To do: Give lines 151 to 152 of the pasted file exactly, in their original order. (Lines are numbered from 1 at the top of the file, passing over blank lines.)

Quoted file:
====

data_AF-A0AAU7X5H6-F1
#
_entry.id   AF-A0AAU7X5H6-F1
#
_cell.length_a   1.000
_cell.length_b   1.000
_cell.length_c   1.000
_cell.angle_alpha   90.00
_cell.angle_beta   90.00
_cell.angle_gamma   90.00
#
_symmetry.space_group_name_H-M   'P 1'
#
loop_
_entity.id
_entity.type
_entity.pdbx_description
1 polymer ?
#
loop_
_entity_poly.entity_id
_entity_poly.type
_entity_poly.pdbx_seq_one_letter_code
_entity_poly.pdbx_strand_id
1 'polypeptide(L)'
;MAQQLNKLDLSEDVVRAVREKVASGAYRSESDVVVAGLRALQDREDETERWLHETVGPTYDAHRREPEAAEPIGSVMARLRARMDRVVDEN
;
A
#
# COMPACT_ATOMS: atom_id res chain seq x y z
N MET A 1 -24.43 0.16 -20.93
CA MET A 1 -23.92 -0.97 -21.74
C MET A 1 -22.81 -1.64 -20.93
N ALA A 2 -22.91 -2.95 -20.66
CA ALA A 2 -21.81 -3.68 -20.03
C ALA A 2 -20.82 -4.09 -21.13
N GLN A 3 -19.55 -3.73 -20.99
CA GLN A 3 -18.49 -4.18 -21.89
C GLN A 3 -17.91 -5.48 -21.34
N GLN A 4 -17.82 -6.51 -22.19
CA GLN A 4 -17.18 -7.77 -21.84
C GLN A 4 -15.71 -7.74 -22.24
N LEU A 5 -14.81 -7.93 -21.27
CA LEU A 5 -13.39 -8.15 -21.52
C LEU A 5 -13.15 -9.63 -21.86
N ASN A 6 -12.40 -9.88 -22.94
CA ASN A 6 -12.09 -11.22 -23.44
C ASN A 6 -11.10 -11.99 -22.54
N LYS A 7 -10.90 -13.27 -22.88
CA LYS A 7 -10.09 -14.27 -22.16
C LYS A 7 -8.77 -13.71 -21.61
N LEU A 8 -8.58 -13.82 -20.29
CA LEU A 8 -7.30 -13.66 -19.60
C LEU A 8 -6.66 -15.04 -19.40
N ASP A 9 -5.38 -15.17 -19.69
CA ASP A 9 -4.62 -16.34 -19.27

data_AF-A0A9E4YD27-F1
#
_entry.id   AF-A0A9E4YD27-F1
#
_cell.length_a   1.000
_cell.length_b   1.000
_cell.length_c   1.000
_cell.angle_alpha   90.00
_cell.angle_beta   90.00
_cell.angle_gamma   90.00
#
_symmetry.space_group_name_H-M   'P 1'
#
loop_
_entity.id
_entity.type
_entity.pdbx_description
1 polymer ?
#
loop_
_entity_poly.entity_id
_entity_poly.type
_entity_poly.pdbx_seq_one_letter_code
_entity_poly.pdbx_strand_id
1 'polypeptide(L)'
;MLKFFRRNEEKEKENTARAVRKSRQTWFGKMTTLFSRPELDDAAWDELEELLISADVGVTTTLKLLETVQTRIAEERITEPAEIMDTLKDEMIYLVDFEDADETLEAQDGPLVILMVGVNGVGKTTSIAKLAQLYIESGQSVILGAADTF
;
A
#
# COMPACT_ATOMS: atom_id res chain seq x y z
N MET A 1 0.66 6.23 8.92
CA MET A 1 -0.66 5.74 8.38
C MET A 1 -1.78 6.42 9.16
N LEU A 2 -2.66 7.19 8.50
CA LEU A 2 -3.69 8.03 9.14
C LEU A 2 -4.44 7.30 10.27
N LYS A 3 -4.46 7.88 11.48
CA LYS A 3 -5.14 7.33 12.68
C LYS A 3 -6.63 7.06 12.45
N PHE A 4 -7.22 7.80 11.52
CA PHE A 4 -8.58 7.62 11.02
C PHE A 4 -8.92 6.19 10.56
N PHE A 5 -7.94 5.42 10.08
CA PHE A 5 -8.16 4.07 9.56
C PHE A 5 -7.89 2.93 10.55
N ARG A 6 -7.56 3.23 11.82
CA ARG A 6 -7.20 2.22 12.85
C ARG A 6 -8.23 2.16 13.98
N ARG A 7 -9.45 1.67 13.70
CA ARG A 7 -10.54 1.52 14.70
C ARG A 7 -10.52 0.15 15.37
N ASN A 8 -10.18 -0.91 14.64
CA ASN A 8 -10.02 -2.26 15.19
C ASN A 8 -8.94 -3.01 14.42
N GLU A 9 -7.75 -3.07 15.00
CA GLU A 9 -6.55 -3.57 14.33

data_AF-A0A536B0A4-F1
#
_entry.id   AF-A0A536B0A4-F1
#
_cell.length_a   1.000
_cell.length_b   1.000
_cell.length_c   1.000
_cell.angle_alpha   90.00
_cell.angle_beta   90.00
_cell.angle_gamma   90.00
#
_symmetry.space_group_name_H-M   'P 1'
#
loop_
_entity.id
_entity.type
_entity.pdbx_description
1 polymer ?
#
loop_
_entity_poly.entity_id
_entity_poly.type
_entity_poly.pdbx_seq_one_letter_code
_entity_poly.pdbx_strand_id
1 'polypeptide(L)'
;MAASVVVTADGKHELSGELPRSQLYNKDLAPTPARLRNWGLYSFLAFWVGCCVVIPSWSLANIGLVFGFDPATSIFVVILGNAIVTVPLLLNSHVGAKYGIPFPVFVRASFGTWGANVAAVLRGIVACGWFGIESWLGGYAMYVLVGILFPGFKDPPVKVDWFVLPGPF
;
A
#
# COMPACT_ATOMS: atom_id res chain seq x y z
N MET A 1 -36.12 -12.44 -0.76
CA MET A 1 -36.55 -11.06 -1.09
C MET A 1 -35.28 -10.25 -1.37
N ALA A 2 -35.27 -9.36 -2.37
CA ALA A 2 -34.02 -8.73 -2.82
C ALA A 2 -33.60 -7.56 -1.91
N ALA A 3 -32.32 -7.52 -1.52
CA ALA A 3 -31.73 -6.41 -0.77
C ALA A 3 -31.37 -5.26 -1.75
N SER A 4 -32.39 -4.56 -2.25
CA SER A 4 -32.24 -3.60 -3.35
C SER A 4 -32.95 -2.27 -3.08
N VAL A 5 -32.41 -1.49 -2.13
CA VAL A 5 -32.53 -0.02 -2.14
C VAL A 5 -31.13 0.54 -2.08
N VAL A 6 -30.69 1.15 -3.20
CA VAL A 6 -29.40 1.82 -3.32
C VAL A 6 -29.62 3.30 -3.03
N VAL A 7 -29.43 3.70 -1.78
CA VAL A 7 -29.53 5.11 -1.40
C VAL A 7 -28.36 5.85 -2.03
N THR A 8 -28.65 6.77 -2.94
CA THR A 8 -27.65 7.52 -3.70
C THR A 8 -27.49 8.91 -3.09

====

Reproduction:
C ALA A 3 -31.37 -5.26 -1.75
N SER A 4 -32.39 -4.56 -2.25